The Supreme Court has dismissed the application seeking to restrain Parliament from sitting on the controversial CI 78 which will create 45 new constituencies.

What it means is that the Court can now proceed to hear the substantive case brought before it by a businessman Ransford France.

The businessman is describing the EC’s creation of 45 new constituencies as illegal and wanted the court to rule on that.

He was however praying the court will restrain Parliament from sitting on the CI 48 until the court has ruled.

But Joy News’ Sammy Darko who was in court, reported that the
Presiding judge, Justice Ansah who heard the arguments from both sides ruled in favour of the respondents.

Darko reported the judge as saying that his ruling Wednesday does not mean the legal battle on the matter is over, adding that the court will now hear the substantive case brought before it.

Explaining the reasons for dismissing the case the Judge cited a precedent- Tuffuor Vrs Attorney General- in which it was ruled that the court cannot interfere on issues that are before Parliament.

He stated further, the court can only do so, if it is the case that Parliament was interfering in constitutional matters.

He does not think Parliament by sitting on the controversial CI 78 is interfering with the constitution.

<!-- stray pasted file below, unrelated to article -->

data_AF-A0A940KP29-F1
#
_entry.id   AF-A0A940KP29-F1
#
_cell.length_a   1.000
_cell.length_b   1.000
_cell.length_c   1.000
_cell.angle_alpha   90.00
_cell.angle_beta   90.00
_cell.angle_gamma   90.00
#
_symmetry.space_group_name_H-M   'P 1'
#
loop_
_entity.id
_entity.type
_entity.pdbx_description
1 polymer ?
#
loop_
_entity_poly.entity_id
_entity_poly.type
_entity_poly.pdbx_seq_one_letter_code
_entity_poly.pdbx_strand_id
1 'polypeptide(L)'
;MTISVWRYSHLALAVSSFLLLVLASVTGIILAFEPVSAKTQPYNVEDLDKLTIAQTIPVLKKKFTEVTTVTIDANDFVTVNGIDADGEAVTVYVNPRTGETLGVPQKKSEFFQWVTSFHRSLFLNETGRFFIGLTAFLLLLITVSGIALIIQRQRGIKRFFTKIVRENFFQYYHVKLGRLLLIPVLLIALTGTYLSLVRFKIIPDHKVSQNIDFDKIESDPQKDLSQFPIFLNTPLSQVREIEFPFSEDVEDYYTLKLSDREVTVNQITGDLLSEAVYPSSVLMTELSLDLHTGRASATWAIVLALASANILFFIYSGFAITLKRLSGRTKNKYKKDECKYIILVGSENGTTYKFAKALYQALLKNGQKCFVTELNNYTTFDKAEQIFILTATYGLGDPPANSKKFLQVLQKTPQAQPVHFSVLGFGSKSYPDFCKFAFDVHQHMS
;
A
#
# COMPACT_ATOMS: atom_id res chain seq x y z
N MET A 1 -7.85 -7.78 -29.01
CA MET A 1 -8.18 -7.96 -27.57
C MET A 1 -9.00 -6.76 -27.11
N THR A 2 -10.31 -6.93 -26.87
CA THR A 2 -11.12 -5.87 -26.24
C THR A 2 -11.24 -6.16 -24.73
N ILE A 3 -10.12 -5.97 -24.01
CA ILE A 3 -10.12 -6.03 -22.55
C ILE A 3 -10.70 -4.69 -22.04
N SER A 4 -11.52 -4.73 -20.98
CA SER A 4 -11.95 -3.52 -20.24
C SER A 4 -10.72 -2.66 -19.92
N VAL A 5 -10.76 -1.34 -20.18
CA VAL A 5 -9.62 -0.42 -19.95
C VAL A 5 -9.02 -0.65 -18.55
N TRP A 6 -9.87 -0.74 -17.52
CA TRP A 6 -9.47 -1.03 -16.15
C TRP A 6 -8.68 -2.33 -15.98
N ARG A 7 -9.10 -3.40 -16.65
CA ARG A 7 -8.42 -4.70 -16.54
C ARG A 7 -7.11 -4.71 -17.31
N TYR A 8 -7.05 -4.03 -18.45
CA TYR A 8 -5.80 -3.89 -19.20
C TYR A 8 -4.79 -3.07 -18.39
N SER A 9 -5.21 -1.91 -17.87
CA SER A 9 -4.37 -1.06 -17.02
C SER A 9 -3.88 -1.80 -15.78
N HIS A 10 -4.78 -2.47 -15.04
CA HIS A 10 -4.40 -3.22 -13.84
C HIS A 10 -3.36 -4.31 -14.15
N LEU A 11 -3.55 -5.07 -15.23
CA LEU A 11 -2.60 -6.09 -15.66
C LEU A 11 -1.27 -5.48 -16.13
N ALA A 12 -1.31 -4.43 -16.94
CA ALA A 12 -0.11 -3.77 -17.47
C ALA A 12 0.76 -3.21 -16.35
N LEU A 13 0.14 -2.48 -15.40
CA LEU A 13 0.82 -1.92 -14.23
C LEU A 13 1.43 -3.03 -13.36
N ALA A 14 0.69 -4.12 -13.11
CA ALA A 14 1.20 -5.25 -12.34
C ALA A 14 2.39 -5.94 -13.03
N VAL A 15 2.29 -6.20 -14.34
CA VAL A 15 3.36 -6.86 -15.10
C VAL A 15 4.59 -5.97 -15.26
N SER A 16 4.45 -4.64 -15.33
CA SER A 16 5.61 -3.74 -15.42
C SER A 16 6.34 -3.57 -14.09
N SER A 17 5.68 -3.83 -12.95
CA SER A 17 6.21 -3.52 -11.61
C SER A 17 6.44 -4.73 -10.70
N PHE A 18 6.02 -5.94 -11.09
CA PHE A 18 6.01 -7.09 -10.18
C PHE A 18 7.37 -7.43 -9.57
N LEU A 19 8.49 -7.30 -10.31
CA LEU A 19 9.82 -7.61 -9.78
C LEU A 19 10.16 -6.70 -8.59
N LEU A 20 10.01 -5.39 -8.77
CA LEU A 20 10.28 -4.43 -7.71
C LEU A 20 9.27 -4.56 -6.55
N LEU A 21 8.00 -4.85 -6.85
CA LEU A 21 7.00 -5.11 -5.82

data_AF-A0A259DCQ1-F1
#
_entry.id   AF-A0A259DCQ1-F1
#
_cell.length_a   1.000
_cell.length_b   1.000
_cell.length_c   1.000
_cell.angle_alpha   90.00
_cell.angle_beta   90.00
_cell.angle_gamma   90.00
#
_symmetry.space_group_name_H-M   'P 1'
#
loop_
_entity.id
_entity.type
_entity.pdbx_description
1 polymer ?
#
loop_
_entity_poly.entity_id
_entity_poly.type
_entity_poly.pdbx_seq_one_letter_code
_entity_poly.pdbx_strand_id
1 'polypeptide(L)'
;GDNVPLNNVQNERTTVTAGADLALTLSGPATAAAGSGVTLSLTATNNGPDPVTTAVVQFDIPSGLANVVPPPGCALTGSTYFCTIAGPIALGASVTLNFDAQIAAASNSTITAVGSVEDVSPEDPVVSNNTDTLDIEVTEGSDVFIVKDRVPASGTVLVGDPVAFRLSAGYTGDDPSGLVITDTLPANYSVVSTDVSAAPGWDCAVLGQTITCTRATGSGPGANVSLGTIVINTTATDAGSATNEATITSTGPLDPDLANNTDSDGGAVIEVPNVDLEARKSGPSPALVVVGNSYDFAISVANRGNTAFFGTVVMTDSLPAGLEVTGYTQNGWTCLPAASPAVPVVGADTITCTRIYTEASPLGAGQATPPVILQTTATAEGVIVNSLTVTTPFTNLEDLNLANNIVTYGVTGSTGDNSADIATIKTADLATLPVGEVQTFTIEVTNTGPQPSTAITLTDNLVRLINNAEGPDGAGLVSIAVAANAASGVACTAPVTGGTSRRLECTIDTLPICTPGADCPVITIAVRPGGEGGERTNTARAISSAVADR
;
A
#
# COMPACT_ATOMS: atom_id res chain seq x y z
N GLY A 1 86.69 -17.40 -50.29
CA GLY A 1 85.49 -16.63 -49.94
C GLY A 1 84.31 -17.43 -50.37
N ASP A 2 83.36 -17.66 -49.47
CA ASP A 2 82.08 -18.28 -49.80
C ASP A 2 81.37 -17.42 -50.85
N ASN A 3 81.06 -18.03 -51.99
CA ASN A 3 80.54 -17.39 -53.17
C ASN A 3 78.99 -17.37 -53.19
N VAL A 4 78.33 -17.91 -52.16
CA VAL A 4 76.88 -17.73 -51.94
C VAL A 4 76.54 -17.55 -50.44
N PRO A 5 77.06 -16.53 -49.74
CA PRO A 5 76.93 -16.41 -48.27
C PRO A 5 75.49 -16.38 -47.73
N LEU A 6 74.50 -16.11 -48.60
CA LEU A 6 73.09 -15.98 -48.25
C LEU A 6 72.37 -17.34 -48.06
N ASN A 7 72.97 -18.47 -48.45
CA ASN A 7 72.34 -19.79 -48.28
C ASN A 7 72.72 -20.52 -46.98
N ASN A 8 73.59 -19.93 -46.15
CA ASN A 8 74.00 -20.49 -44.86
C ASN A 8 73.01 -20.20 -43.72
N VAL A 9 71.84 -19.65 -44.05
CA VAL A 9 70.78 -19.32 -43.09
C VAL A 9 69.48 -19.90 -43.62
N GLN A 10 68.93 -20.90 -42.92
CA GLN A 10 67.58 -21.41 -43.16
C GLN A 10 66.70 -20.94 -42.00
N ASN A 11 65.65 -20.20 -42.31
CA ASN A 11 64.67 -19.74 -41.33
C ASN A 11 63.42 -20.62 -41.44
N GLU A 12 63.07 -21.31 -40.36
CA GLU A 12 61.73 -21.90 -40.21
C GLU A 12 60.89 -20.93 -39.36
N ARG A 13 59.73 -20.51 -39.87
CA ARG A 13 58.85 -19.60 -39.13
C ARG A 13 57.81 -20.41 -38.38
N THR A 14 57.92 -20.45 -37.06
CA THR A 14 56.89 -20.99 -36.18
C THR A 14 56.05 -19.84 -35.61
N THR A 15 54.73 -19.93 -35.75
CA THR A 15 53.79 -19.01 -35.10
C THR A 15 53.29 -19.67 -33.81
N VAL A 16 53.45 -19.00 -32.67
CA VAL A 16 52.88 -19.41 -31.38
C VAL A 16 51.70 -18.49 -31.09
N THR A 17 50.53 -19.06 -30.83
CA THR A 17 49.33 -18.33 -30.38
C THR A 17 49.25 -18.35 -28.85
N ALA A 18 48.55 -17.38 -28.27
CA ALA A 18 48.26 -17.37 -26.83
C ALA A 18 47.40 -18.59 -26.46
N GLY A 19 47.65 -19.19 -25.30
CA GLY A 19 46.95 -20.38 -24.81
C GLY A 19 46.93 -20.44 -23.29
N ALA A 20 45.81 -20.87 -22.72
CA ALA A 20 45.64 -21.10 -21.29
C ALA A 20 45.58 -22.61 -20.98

The CI will fully mature in 21 days and become law.

Justice Ansah also stated that for him to grant the injunction application, the plaintiff must show beyond doubt that he will suffer serious implication if the injunction is not granted.

On the contrary, he explained it is rather the respondents- EC and the Attorney General- who will suffer serious implications with regards to a successful organisation of the election if the injunction is granted.

But the plaintiff and his lawyers are unimpressed with the ruling.

Atta Akyea, a member of the legal team described the ruling as a bit surprising.

He told Darko the judge overlooked serious issues brought before him.

According to him, Parliament cannot be allowed to subvert the constitution before the court takes action.

You don’t wait for a car to crash before you take it to the workshop, he stated.

He said the legal team will meet to take a collective decision as to whether they will go for a review.

But the substantive case of illegality will now be heard at a later date.

Meanwhile, lawyer Chris Ackumey early Wednesday morning also filed a motion against the plaintiffs’ request for the injunction.

He said he is an aspiring MP in one of the newly created constituencies and any attempt by the plaintiff to scuttle the process will affect directly.

He is therefore seeking the consent of the judge to join the respondent in opposing the writ filed by the plaintiff.

But the plaintiff said arguments by Lawyer Ackumey is untenable. They contend if the judge should allow him to join the case, it will open the flood gates for all who are directly or remotely affected by this case to, sooner or later file to join this particular case.

The judge will adjudicate on this particular case next week.